I am sure Zytek is looking at developing that engine to be prepared for any customers re-branding it either for F1 or for sportscar racing. And I am pretty sure that if a car company could be interested in backing a team by supplying those Zytek engines to any team bar the absolute top teams, they would jump at the chance of it.

  7. too long I’m sorry.

  8. nackavich (@nackavich) said on 21st March 2013, 1:54

    Happy Birthday Ayrton

  9. Robbie (@robbie) said on 21st March 2013, 2:37

    I never thought it would take throughout the season for us to see that LH has made the right decision. For me it never hinged on the Merc being half decent or not this year. It’s about a new challenge and the future. For him to say the things he has said is enough. He needed a change. It’s akin to leaving the nest and starting afresh. And it’s all good. He’s going to be fun to watch and I look to see if he can keep frustrations down and controlled and exude that which we would expect from someone having a fresh start. Positiveness. And straight driving. No embarassments. No tweets. Push NR. Let NR push you. You have race pace to find.

  10. HoHum (@hohum) said on 21st March 2013, 2:56

    If we are going to salvage anything from the double DRS zones it is going to be when more than 2 cars are less than a second apart, clearly it’s not going to be as simple as “sit on his tail and pass in the second zone” because car 3 (and 4,5,6 etc.) might jump car 2 and use car 1 as a roadblock till just before the corner leaving car 2 either on the outside or back behind car 1. This could be interesting as both cars 2 & 3 would be racing with DRS activated, unlike a scenario of only 2 cars.

  11. leotef (@leotef) said on 21st March 2013, 3:59

    On the emulation of McLaren to 2012 Ferarri, it could be so. But nonetheless, BUT is not ALO.
    And it’s both curious and baffling to see that, right after the announcement of HAM’s leave for Merc last year, the 2013 McLaren was said to be the fit for BUT style and here it is. There could be a lot more to come thru the season from McLaren, or BUT and With pair which we will see. But I can’t be that positive with the so far demoed talents by him. Anyway, this year could be a true test for him. Good luck.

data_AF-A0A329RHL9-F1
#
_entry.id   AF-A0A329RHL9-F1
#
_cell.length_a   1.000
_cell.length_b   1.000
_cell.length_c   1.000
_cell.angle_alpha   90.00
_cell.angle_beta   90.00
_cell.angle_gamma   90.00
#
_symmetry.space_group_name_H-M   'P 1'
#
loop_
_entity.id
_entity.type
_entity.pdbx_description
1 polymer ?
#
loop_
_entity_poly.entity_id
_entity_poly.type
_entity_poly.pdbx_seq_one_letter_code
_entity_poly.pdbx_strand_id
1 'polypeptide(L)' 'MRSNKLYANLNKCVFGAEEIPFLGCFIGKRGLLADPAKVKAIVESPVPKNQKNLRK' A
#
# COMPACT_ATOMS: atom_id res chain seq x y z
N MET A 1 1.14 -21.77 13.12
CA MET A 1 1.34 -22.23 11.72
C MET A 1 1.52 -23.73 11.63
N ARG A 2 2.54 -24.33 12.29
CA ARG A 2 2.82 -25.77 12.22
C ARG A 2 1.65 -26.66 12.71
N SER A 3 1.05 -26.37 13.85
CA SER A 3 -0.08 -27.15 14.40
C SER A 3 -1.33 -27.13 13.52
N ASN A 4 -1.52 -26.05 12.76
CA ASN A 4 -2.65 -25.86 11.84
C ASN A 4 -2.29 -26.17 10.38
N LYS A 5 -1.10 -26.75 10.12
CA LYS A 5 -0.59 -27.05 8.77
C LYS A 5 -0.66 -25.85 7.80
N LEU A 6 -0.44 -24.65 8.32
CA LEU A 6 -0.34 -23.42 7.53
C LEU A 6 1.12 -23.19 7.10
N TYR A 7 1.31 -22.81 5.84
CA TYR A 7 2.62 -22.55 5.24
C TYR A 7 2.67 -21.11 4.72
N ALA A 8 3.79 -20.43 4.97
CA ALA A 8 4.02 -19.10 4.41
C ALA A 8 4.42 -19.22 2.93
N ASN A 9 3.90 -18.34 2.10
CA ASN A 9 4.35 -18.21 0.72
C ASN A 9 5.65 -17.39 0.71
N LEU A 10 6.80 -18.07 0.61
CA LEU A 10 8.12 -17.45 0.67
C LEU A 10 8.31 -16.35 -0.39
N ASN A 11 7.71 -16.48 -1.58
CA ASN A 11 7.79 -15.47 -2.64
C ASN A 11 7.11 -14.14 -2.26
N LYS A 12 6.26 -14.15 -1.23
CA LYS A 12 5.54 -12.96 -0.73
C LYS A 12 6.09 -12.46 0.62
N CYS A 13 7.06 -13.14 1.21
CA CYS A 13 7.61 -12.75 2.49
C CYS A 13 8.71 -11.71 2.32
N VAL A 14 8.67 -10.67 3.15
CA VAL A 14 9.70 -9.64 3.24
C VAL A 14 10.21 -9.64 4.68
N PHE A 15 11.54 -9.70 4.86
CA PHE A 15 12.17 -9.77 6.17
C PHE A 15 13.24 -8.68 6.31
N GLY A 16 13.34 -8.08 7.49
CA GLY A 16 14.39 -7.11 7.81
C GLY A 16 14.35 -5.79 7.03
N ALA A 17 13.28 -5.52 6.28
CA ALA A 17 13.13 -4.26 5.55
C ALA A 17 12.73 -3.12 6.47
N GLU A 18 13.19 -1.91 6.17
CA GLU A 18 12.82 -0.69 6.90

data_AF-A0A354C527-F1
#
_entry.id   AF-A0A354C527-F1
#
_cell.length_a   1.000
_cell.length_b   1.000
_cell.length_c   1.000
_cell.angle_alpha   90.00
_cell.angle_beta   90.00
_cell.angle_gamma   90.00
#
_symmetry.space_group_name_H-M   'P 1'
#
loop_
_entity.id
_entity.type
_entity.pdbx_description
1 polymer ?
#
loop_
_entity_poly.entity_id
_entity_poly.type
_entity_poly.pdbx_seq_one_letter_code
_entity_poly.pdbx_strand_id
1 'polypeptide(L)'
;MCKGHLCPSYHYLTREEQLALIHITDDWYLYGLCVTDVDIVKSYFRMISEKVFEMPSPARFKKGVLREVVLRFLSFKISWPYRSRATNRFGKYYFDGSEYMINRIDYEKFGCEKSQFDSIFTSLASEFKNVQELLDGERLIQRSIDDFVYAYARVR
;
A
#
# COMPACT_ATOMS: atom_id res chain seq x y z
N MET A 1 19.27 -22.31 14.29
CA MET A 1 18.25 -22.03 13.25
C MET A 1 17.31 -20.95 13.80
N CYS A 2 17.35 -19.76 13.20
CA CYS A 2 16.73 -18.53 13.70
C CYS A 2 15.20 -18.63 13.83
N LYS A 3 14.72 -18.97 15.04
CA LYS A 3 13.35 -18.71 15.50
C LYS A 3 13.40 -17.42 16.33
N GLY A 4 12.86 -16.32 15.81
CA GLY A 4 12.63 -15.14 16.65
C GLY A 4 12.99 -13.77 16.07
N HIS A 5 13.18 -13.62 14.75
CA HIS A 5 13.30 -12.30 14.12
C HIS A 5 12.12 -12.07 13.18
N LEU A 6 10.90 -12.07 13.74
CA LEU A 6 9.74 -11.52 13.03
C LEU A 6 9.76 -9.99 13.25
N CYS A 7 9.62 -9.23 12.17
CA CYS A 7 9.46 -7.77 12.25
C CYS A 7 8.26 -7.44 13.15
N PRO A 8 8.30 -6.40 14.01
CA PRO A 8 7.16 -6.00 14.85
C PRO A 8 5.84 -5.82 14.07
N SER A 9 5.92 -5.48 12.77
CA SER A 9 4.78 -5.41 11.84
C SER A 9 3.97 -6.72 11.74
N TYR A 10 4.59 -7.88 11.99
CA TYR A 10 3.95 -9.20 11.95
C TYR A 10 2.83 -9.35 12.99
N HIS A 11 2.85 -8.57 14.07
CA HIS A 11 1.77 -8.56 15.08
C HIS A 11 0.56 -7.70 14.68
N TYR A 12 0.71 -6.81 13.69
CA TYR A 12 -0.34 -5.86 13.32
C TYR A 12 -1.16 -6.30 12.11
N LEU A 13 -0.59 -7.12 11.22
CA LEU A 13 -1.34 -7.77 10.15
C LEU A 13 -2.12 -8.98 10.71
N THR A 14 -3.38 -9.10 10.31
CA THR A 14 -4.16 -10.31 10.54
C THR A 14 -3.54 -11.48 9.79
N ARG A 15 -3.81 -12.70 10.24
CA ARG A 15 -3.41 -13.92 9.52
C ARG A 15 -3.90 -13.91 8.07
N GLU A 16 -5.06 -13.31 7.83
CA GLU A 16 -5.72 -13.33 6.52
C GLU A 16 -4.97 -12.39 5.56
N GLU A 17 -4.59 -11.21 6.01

12. Kingshark (@kingshark) said on 21st March 2013, 4:47

    Button wants to emulate Ferrari’s 2012 fightback

    Jenson, you are not Fernando.

  13. SaturnVF1 (@doublestuffpenguin) said on 21st March 2013, 5:01

    Keith, I’m glad to see you’re contributing to NBC Sports. I’m pleased so far with their coverage here in the states, though it’s certainly not hard to beat what speed did Speed with the little resources they had to commit to F1.

    • Keith Collantine (@keithcollantine) said on 21st March 2013, 6:10

      @doublestuffpenguin Thanks very much – it’s great to be working with them although it has meant getting used to writing in American English!

      • HoHum (@hohum) said on 21st March 2013, 11:52

        Lots of Z’s less y’s and u’s, Microsoft spell-checks default US English will fix all.

        • DaveW (@dmw) said on 21st March 2013, 15:01

          And keep those periods inside the quotes! Also, “tires.”

          As a U.S. American, I’m happy that NBC is getting some quality input from non-U.S. sources who know the sport, because its not a U.S.-based sport. And I’m generally pleased that they are not really dumbing down the broadcast by, for example, making Matchett go on long jags about basic stuff and tiresome comparisons to IndyCar that used to mar the occasional broadcasts done when NBC cherry-picked Monaco and Silverstone from Speed. They are also keeping the ear-shattering Skrillex-insipred bro-step intro sequences with scary voice overs to a minimum. No flying transformer Danica Patrick CG stuff. They are addressing the production to fans.

  14. “Sergio s faster than you”

  15. Bruno (@brunes) said on 21st March 2013, 10:51

    Happy Birthday Ayrton!